- Non-humanoid Shapes: The Animate Dead spell only allows humanoids. The Create Undead allows for ghouls, ghasts, wights & mummies - but still no beasts, giants or other shapes. You can allow for this by using an oft-feared home-brew, via use of the non-stress Wish ('has no requirements &/or components'), or even use an enchanted Dead Zone often suggested in various books, like Tasha's Cauldron.
- Size Doesn't Matter! Gnomes, goblins & any size 'humanoid' counts just fine. According to 5e rules they get the same statistics and are equally effective. Their weight is probably under that of a Mage Hand (10 lb limit) or Unseen Servant (20 lb max - bring a few of your small friends!).
- Poison Is Oddly Your Best Friend: Poison everywhere: on arrows, toxic blades, vile gas, dripping nastiness from the ceiling. Diseases also work. Remember: skeletons can be frightened.
- Pimp Them Out: You can bolt metal right on, string or chain them up, use stilts in water, carve or write anything on their bones (spellbook spells, scroll spells, instructions, maps)
Skeletons In Your Closet: Clever Places To Put Them
- In your closet - or any odd place: Sure, players may be expecting to find skeletons in the DM's closet. That said, they can fit anywhere: most chests, under any trap door, drop down from scuttle-hatches, blend into a hay-stacks, ooze into mud, fold into a cardboard box, bake them into a cake, sift them into sand, leave them inside larger skeletons of dragons and giants, hide them inside armour in stockpiles and more. There is no excuse to have them obviously standing in any room unless they are archers on a ledge with a readied action.
- Modern Art Skeleton - Beautiful Bones: Carved bone can be very aesthetic, valuable and contain non-magical information (spell books spells, maps, drawings, recipe-formulae, instructions and more). The destruction of the skeleton means loss of gold and information unless players have Mending and a LOT of patience.
- Stuck To The Ceiling: A Bolt-Turret. You need two arms, possibly a skull (do these undead use their empty eye-sockets to see??), a section of adjoining spine and a crossbow. They can shoot every round until they run out. Possibly one skeleton could have a Wand of The Hand (magic hand at will) to reload everyone when their bolts run out. Great rear-gunners in a caravan-wagon as they are so light and require almost no space.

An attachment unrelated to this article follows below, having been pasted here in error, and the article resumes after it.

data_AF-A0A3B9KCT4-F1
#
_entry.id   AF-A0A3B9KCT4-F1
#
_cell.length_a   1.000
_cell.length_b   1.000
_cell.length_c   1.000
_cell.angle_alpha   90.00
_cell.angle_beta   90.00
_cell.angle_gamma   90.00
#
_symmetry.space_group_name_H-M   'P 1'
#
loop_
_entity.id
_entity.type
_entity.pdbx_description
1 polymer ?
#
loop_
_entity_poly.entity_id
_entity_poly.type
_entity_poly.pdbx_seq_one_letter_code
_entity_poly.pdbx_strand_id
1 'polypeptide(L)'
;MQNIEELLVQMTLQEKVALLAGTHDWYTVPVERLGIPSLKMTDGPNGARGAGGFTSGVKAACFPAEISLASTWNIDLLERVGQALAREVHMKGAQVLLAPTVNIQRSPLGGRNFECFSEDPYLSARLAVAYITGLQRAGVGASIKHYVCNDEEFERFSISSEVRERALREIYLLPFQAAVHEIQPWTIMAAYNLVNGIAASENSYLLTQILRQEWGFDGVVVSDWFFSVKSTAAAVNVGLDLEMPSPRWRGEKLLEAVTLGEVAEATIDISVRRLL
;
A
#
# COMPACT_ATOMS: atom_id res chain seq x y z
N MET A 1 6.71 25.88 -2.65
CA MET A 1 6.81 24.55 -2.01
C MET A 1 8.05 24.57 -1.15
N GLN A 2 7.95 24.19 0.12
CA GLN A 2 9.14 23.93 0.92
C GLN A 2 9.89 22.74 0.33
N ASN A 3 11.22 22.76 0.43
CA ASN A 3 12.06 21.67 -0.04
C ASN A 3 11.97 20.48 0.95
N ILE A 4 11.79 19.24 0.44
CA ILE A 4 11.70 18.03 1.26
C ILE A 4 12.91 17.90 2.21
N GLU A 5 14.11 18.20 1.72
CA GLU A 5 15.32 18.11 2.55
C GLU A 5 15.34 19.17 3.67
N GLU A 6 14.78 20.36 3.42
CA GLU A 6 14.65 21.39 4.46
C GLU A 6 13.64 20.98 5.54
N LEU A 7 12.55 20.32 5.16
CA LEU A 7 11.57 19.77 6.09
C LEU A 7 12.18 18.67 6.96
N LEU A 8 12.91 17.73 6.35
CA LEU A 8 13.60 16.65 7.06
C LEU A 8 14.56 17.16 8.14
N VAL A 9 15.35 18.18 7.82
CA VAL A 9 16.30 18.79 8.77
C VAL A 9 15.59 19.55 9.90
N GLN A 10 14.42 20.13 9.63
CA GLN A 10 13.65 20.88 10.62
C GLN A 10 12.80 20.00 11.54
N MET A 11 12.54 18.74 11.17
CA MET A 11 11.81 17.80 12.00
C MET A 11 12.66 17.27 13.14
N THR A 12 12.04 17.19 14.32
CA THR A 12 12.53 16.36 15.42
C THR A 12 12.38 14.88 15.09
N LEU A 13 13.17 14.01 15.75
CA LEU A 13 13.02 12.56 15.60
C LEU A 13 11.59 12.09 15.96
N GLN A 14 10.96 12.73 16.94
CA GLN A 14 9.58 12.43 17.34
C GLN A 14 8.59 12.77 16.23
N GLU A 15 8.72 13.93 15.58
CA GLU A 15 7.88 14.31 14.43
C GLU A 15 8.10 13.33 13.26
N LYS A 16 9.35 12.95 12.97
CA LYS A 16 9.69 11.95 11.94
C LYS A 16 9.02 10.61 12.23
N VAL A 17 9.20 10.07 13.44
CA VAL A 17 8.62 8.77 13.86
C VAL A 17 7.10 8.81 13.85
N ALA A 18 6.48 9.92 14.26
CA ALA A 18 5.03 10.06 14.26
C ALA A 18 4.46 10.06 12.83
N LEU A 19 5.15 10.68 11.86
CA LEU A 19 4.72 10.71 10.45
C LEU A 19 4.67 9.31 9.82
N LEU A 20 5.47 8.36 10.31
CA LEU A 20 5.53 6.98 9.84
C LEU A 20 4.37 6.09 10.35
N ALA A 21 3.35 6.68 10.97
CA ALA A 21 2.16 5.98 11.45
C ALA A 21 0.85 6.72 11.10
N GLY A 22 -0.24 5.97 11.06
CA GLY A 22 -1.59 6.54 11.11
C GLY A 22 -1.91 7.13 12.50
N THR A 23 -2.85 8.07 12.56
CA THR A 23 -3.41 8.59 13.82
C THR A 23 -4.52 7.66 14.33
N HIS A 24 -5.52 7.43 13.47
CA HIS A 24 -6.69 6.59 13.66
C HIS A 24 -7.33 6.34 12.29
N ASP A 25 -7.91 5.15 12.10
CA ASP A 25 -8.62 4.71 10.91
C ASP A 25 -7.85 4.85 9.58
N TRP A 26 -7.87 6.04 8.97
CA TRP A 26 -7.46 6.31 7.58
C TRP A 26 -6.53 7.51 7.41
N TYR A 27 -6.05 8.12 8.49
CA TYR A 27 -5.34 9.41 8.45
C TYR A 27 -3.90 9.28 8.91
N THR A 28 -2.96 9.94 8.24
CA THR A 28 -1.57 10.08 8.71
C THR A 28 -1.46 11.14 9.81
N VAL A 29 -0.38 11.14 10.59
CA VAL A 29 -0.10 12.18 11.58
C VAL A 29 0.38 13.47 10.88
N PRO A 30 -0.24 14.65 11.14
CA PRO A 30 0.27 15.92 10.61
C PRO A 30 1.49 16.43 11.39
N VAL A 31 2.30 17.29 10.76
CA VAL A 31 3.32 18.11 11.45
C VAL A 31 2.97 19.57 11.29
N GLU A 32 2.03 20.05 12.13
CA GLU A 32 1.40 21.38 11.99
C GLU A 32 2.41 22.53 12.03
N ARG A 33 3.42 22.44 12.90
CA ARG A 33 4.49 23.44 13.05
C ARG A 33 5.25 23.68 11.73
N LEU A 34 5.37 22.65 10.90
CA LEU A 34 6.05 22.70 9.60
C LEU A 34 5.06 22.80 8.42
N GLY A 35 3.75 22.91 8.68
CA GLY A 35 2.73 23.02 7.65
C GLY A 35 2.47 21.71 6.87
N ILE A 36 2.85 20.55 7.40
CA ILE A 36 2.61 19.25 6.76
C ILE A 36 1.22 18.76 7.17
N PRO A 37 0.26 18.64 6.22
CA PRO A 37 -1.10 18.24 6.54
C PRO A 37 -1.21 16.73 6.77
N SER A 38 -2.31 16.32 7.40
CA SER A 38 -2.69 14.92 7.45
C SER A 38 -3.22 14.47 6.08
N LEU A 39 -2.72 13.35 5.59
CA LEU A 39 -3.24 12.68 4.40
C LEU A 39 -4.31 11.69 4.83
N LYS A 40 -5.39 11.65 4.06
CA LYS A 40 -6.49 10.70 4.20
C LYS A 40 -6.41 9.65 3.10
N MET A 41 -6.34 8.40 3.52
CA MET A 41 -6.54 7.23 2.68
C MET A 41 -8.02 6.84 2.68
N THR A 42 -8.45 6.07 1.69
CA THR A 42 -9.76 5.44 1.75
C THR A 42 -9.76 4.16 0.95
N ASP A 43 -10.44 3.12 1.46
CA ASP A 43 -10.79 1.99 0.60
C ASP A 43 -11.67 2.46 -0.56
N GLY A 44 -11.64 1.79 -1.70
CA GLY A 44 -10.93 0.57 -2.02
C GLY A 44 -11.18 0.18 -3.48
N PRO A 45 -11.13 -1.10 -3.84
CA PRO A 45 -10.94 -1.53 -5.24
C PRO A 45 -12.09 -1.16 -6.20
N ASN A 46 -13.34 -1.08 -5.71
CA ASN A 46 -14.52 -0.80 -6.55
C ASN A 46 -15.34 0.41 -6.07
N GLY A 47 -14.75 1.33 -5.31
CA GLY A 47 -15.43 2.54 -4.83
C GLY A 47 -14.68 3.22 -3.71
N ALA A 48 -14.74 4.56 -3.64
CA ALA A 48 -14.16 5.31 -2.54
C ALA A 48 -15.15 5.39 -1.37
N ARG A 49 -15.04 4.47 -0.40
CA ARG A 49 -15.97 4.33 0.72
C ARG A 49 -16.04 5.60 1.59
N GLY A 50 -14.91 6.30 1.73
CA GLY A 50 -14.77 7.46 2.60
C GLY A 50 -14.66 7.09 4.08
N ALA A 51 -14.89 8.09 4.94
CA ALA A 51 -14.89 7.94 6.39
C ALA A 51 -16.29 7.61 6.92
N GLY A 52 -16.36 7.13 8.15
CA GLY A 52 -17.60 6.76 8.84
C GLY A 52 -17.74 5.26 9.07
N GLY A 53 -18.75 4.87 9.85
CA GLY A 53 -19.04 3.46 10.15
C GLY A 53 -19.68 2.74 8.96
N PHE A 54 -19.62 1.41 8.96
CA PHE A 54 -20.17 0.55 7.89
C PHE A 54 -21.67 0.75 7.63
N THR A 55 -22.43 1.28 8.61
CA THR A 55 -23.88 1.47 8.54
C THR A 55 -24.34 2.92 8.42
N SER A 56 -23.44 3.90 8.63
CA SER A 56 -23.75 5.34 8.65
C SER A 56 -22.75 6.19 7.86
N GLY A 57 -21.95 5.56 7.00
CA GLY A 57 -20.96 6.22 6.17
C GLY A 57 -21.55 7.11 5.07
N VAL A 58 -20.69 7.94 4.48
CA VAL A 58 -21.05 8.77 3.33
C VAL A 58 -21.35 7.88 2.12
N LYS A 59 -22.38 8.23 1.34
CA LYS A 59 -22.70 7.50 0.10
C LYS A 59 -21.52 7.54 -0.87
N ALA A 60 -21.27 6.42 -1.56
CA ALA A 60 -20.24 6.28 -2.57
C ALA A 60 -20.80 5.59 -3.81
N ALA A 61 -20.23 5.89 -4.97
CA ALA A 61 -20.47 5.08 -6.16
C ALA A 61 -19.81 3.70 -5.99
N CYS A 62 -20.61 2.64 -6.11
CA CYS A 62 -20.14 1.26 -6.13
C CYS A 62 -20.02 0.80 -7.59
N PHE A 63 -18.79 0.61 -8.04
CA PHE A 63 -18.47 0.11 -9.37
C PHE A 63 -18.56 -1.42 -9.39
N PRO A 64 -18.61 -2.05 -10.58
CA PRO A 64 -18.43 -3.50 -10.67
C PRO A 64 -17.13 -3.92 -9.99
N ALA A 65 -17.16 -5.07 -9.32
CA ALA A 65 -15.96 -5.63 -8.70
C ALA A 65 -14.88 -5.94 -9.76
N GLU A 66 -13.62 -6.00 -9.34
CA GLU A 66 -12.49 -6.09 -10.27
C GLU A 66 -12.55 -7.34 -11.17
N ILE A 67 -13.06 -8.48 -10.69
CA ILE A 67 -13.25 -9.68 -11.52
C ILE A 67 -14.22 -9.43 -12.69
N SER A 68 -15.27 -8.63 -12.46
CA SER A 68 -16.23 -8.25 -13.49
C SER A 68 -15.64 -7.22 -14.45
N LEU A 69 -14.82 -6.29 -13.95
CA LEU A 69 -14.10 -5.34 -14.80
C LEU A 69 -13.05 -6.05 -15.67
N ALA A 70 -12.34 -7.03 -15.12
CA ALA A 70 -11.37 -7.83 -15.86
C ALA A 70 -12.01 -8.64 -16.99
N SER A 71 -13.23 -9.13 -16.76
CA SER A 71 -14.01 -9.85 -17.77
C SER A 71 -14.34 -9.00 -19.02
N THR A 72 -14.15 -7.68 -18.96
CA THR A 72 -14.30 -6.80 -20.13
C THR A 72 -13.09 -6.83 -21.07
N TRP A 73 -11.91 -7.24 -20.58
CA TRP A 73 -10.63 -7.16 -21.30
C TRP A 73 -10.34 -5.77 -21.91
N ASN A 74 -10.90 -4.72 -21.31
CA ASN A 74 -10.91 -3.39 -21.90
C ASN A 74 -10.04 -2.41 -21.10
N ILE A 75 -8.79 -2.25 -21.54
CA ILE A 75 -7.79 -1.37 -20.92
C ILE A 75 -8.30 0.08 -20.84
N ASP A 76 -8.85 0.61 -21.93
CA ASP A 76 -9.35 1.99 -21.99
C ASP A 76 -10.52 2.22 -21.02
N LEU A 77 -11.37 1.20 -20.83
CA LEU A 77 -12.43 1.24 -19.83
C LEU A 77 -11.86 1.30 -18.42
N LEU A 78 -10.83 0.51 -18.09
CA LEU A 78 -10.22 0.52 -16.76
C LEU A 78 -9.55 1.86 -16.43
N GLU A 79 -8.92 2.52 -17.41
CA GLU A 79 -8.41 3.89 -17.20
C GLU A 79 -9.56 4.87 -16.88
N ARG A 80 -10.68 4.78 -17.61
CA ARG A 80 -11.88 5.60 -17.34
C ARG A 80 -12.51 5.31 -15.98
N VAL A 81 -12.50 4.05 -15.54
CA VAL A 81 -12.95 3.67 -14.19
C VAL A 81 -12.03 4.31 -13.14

- Underwater: Undead do not breathe. Players dropped into a water trap rarely expect attacks from below. Skeletons easily flow downstream as required or 'climb' upstream (Rules As Written give them humanoid swim speed - logically they lack both buoyancy and most propulsion).
- Toxic Wasteland: Any place inhospitable to humans. Being immune to poison means all other gasses (sulphuric, smoke - even inert-harmless gasses such as CO2) are safe.
- Deserts & Other Wastelands: Inhospitable conditions will slaughter even dragons, but not skeletons.
- Falling on soft mossy / straw flooring: Generally skeletons are fragile - but you can make the floor as soft as you like to prepare for an ancient drop trap of The Wrath Of The 88 Ancients.
- Inside a Gelatinous Cube. Technically anything inside the Gelatinous Cube is being digested, including skeletons.
- Refab Zombie: Even though a zombie is undead, it isn't preserved. In time or with certain damage it should become a skeleton. From the DM's Guide page 282 the zombie gains stat-block modifiers: +1 Str, +2 Con, -6 Int, -4 Wis, -4 Cha. You can mix and match as your undead loses flesh.
- Topography Tricks: With paper maché, craft skeletons as puppets. Or you can add string and have it assemble itself as a weird (and ill-tempered) golem. Virtually any costume + mask (and some padding) should fit.
- Pop-Out-Polymorphed: As creatures you may require home brew for this. Some objects are shape-changed to function as something else. Thus your skeleton could be say a door, staff, large bowl or anything you like. Thematic ornamentation gives players a chance and helps with the theme: a staff made of bones, a flag with the skull & crossbones motif and so on.